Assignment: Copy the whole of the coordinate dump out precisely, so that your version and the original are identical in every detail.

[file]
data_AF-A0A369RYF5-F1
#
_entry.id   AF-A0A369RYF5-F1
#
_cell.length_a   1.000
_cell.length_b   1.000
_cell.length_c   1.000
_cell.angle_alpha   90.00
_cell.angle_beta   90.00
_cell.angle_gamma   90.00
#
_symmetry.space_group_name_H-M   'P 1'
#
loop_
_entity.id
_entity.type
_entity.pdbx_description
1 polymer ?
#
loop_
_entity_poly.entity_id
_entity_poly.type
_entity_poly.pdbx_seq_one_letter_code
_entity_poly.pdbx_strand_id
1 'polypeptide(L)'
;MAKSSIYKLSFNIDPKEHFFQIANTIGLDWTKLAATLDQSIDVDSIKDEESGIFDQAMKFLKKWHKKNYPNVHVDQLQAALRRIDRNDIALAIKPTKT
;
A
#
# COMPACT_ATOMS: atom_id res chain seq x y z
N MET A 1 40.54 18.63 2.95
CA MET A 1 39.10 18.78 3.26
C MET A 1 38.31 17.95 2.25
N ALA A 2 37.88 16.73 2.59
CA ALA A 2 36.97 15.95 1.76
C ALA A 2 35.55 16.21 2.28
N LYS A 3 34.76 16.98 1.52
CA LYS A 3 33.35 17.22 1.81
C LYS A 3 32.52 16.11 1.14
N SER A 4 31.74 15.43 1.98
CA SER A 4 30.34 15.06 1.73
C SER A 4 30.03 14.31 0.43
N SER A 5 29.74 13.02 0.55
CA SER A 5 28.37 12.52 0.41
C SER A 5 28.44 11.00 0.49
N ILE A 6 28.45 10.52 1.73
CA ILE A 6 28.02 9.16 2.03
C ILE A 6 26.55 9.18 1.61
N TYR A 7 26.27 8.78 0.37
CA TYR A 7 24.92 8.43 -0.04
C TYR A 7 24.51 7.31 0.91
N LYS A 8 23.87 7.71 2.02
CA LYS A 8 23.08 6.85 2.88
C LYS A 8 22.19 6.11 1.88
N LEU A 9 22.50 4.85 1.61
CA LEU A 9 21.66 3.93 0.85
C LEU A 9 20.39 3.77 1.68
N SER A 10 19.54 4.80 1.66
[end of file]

data_AF-A0A369RYF5-F1
#
_entry.id   AF-A0A369RYF5-F1
#
_cell.length_a   1.000
_cell.length_b   1.000
_cell.length_c   1.000
_cell.angle_alpha   90.00
_cell.angle_beta   90.00
_cell.angle_gamma   90.00
#
_symmetry.space_group_name_H-M   'P 1'
#
loop_
_entity.id
_entity.type
_entity.pdbx_description
1 polymer ?
#
loop_
_entity_poly.entity_id
_entity_poly.type
_entity_poly.pdbx_seq_one_letter_code
_entity_poly.pdbx_strand_id
1 'polypeptide(L)'
;MAKSSIYKLSFNIDPKEHFFQIANTIGLDWTKLAATLDQSIDVDSIKDEESGIFDQAMKFLKKWHKKNYPNVHVDQLQAALRRIDRNDIALAIKPTKT
;
A
#
# COMPACT_ATOMS: atom_id res chain seq x y z
N MET A 1 40.54 18.63 2.95
CA MET A 1 39.10 18.78 3.26
C MET A 1 38.31 17.95 2.25
N ALA A 2 37.88 16.73 2.59
CA ALA A 2 36.97 15.95 1.76
C ALA A 2 35.55 16.21 2.28
N LYS A 3 34.76 16.98 1.52
CA LYS A 3 33.35 17.22 1.81
C LYS A 3 32.52 16.11 1.14
N SER A 4 31.74 15.43 1.98
CA SER A 4 30.34 15.06 1.73
C SER A 4 30.03 14.31 0.43
N SER A 5 29.74 13.02 0.55
CA SER A 5 28.37 12.52 0.41
C SER A 5 28.44 11.00 0.49
N ILE A 6 28.45 10.52 1.73
CA ILE A 6 28.02 9.16 2.03
C ILE A 6 26.55 9.18 1.61
N TYR A 7 26.27 8.78 0.37
CA TYR A 7 24.92 8.43 -0.04
C TYR A 7 24.51 7.31 0.91
N LYS A 8 23.87 7.71 2.02
CA LYS A 8 23.08 6.85 2.88
C LYS A 8 22.19 6.11 1.88
N LEU A 9 22.50 4.85 1.61
CA LEU A 9 21.66 3.93 0.85
C LEU A 9 20.39 3.77 1.68
N SER A 10 19.54 4.80 1.66